In the final pages of the now-final volume of The History of Sexuality, Volume 4: Les aveux de la chair (“Confessions of the Flesh”), Foucault’s intellectual project comes full circle and achieves its long-awaited completion. In those final pages, dedicated to Augustine’s treatment of marital sexual relations, Foucault reveals the heretofore missing link that now binds his ancient history of sexual relations to his critique of contemporary forms of neoliberal goverance: Foucault discovers in Augustine’s writings the moment of the birth of the modern legal subject and of the juridification of social relations. Like the final piece of a jigsaw puzzle, the appearance of the modern legal subject completes Foucault’s critical project and allows us to fold the entire four-volume series of The History of Sexuality back into his critique of contemporary modes of social ordering in the neoliberal age.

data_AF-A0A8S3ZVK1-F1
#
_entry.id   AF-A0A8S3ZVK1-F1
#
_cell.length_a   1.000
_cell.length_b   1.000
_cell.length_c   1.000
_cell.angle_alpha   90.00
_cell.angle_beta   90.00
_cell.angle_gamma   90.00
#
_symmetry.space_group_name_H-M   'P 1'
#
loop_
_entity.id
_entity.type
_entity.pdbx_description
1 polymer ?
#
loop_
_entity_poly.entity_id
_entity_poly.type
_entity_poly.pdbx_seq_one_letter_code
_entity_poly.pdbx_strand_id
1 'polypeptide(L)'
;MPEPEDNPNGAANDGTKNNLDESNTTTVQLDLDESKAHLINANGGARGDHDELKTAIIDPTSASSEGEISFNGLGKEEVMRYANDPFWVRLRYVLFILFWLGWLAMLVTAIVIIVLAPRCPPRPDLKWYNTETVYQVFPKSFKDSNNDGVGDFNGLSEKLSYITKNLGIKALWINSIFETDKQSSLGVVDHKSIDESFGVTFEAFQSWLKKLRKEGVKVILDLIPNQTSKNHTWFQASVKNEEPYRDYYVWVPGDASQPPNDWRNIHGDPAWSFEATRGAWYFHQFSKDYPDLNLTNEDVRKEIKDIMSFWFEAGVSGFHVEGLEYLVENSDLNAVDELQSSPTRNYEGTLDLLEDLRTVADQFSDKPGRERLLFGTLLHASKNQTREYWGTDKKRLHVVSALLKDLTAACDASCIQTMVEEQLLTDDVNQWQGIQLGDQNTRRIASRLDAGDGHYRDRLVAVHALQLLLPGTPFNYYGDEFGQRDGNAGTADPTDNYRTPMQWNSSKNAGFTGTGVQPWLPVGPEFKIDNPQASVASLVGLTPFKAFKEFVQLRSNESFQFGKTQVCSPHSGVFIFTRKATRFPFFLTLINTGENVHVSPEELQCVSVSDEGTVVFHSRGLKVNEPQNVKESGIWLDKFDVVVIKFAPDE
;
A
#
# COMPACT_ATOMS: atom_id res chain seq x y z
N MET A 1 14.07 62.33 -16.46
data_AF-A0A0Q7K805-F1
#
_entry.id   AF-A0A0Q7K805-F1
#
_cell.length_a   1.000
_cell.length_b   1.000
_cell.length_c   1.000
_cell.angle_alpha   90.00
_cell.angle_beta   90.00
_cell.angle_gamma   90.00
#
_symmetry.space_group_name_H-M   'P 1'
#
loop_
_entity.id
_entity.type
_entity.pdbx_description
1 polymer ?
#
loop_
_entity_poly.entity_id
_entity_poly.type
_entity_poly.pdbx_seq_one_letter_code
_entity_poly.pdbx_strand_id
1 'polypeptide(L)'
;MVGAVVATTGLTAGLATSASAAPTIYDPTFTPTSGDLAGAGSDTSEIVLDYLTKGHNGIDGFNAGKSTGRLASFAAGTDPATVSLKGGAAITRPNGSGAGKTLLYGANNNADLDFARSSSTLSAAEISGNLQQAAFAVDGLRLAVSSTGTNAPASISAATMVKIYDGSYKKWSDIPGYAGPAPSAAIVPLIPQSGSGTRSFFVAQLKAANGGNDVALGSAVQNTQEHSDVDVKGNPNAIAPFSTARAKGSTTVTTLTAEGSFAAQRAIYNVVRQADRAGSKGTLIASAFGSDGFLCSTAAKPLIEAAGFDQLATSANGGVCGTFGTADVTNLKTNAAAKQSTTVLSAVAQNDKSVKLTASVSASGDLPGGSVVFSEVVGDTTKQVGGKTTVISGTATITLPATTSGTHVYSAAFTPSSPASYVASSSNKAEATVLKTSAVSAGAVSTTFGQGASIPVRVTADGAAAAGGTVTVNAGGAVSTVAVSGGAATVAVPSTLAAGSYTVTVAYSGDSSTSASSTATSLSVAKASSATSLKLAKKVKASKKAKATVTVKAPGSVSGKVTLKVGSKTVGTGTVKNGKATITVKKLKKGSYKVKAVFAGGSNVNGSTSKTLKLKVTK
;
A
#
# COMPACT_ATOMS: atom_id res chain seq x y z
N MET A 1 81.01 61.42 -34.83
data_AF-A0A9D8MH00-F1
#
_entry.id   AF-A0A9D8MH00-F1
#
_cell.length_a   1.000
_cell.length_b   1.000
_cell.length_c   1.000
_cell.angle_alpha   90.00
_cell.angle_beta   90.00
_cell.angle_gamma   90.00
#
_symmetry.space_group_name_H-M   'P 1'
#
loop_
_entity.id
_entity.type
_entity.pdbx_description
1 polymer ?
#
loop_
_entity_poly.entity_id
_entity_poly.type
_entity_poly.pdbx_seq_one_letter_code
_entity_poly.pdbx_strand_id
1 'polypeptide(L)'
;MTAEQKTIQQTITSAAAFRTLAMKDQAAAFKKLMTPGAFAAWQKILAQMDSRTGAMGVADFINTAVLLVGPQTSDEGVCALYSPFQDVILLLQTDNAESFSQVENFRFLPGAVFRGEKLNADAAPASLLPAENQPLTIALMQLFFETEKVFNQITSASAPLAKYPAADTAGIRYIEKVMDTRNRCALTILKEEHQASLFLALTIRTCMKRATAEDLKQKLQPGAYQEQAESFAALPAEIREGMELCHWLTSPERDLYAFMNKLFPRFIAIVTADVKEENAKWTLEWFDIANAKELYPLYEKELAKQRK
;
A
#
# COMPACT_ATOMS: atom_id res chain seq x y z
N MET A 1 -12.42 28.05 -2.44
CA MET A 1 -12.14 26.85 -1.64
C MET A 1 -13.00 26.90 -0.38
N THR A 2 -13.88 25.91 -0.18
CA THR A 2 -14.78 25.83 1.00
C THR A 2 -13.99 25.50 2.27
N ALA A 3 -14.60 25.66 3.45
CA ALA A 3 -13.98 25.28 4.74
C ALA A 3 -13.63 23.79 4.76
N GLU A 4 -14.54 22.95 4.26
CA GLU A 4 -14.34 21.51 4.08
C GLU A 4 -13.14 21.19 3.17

Many critics of Foucault complain that the turn to subjectivity, to care of the self, and to truth-telling at the end of Foucault’s intellectual journey undermines the political force of his philosophy and has pushed contemporary critical thought into a complacent apolitical direction. The now-published Volume 4 of The History of Sexuality should dispel that argument and open the way to integrate those two projects – knowledge-power and subjectivity. That is our greatest task and challenge today: to explore how we have been shaped as subjects in such a way as to implicate ourselves – both willingly and unknowingly – in the social order within which we find ourselves and that, through the interaction of knowledge-power-subjectivity, we reproduce and reestablish ourselves.
Bernard E. Harcourt,
Foucault’s Keystone: Confessions of the Flesh – How the Fourth and Final Volume of The History of Sexuality Completes Foucault’s Critique of Modern Western Societies,
Columbia Public Law Research Paper No. 14-647
Available at: https://scholarship.law.columbia.edu/faculty_scholarship/2592